Tel Aviv, Israel — The party’s on hold in a city that prides itself on its vibrant culture and nightlife.
As Israel and Palestinian group Hamas trade blows in the latest chapter of their rapidly escalating conflict, a surreal scene unfolded in Tel Aviv on Saturday evening.
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The streets and beaches of the normally buzzing city were empty save for a few bewildered tourists.
A Swiss couple wandered around, confused. “Is everything closed because it’s Saturday, or because it’s wartime?” one of them asked.
They wanted to find a spot to grab a quick bite near Jaffa and were not sure why everything was so eerily quiet.
In front of a closed cafe in the south of the city, a few Israelis sat together, smoking.
“I’ve got to get some air and see people with all this stress,” said one to the other. They did not seem to know each other — they were strangers brought together by a shared anxiety.
Mounting death tolls
Early Saturday morning, Hamas had launched a surprise attack on Israel. Thousands of rockets were launched, triggering sirens as far north as Tel Aviv and Jerusalem, and dozens of armed fighters entered southern Israel from the besieged Gaza Strip.
So far, at least 70 Israelis have been killed in the attacks by Hamas, which said it has also taken a “big number” of hostages into the Gaza Strip.
Israeli forces launched air raids on Gaza, with about 200 Palestinians killed so far in the densely populated enclave. Several hundreds have been injured. Israeli bombs targeted two high-rise buildings in Gaza.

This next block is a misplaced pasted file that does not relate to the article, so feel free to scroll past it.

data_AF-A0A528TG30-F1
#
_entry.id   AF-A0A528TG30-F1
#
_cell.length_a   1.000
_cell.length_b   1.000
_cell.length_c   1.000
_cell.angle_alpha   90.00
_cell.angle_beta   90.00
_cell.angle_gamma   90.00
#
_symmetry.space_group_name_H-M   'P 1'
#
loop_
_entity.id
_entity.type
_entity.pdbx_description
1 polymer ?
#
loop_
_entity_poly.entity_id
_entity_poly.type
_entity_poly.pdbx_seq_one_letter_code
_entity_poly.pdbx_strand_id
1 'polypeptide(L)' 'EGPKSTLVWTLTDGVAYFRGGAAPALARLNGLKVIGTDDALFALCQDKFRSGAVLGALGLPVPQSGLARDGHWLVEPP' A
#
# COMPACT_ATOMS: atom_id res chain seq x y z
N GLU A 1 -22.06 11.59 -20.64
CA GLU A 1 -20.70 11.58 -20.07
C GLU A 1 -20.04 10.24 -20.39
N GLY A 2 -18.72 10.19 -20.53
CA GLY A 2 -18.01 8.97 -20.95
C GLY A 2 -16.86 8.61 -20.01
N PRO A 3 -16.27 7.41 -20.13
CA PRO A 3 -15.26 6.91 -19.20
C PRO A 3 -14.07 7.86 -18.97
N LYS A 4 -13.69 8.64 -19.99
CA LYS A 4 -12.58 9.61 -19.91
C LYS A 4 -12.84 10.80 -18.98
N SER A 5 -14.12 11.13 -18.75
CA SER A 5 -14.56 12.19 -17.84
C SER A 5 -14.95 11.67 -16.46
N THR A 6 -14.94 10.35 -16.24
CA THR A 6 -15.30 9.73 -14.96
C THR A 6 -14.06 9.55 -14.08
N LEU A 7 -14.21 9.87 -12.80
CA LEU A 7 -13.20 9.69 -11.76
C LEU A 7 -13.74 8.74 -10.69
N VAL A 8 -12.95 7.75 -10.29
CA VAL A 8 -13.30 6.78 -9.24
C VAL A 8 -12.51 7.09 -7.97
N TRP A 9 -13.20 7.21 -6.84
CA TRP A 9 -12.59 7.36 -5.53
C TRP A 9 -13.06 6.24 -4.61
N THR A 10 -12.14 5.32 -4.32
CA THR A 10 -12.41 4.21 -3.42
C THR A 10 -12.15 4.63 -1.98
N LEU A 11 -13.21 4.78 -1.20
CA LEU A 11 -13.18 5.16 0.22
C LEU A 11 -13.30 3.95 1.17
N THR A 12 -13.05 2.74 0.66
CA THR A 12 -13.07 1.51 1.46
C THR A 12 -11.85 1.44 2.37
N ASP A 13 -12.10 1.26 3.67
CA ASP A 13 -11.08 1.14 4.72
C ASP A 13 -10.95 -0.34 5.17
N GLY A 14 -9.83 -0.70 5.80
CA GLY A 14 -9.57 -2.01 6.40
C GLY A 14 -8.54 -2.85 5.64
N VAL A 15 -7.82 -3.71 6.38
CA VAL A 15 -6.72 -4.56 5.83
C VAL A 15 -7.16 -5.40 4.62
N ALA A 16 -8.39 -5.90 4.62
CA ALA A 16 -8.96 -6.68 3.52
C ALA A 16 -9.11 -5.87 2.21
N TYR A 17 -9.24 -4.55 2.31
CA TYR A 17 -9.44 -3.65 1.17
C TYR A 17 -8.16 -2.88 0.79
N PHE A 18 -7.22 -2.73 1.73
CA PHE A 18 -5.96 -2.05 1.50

The number of Palestinian and Israeli casualties is expected to rise as the fighting continues.
Anxiety, in parks and living rooms
With the uncertainty surrounding the hostage count and casualties in southern Israel, most people in Tel Aviv are staying in their apartments. But some, like the Israelis outside the cafe, were driven outdoors by the stress.
In a small park, others reminisced about the 1973 October War in which Israel had to confront Egypt and Syria, a war whose 50th anniversary was commemorated a day earlier, on October 6.
Indoors, Tel Avivis are glued to their screens, waiting anxiously to hear from relatives and friends to make sure they’re safe.
Football games have been cancelled, as was the International Film Festival in the northern city of Haifa, approximately 150km (93 miles) from Gaza.
Meanwhile, the weekly protests against Israel’s judicial overhaul were paused for the second time since they began in February.
Source: Al Jazeera